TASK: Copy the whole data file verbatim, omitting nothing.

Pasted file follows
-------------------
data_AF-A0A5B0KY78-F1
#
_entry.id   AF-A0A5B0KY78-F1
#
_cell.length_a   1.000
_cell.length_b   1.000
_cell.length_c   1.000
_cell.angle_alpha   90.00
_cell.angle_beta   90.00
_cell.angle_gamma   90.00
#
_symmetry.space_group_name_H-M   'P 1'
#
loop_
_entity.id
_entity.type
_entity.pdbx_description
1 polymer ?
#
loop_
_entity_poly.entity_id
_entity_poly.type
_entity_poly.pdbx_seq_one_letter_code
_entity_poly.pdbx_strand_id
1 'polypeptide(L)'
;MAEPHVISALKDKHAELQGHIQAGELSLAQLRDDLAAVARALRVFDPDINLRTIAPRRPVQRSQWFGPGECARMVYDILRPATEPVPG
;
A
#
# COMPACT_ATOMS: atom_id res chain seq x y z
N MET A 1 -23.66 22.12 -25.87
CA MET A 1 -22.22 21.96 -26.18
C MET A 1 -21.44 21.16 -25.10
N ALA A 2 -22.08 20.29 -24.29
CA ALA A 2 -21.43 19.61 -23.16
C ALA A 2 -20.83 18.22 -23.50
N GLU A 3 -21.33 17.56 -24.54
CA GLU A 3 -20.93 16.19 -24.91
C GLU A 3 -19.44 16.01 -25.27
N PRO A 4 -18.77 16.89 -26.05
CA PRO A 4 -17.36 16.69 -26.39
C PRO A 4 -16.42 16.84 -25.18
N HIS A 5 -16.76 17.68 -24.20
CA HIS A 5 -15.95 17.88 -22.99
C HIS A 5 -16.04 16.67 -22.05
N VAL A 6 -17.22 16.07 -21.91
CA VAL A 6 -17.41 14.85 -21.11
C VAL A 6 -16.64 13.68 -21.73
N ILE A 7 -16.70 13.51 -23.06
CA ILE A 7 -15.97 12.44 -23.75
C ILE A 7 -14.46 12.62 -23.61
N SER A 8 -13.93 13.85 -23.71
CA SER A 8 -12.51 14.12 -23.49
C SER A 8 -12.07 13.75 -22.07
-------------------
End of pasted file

data_AF-A0A5B0KY78-F1
#
_entry.id   AF-A0A5B0KY78-F1
#
_cell.length_a   1.000
_cell.length_b   1.000
_cell.length_c   1.000
_cell.angle_alpha   90.00
_cell.angle_beta   90.00
_cell.angle_gamma   90.00
#
_symmetry.space_group_name_H-M   'P 1'
#
loop_
_entity.id
_entity.type
_entity.pdbx_description
1 polymer ?
#
loop_
_entity_poly.entity_id
_entity_poly.type
_entity_poly.pdbx_seq_one_letter_code
_entity_poly.pdbx_strand_id
1 'polypeptide(L)'
;MAEPHVISALKDKHAELQGHIQAGELSLAQLRDDLAAVARALRVFDPDINLRTIAPRRPVQRSQWFGPGECARMVYDILRPATEPVPG
;
A
#
# COMPACT_ATOMS: atom_id res chain seq x y z
N MET A 1 -23.66 22.12 -25.87
CA MET A 1 -22.22 21.96 -26.18
C MET A 1 -21.44 21.16 -25.10
N ALA A 2 -22.08 20.29 -24.29
CA ALA A 2 -21.43 19.61 -23.16
C ALA A 2 -20.83 18.22 -23.50
N GLU A 3 -21.33 17.56 -24.54
CA GLU A 3 -20.93 16.19 -24.91
C GLU A 3 -19.44 16.01 -25.27
N PRO A 4 -18.77 16.89 -26.05
CA PRO A 4 -17.36 16.69 -26.39
C PRO A 4 -16.42 16.84 -25.18
N HIS A 5 -16.76 17.68 -24.20
CA HIS A 5 -15.95 17.88 -22.99
C HIS A 5 -16.04 16.67 -22.05
N VAL A 6 -17.22 16.07 -21.91
CA VAL A 6 -17.41 14.85 -21.11
C VAL A 6 -16.64 13.68 -21.73
N ILE A 7 -16.70 13.51 -23.06
CA ILE A 7 -15.97 12.44 -23.75
C ILE A 7 -14.46 12.62 -23.61
N SER A 8 -13.93 13.85 -23.71
CA SER A 8 -12.51 14.12 -23.49
C SER A 8 -12.07 13.75 -22.07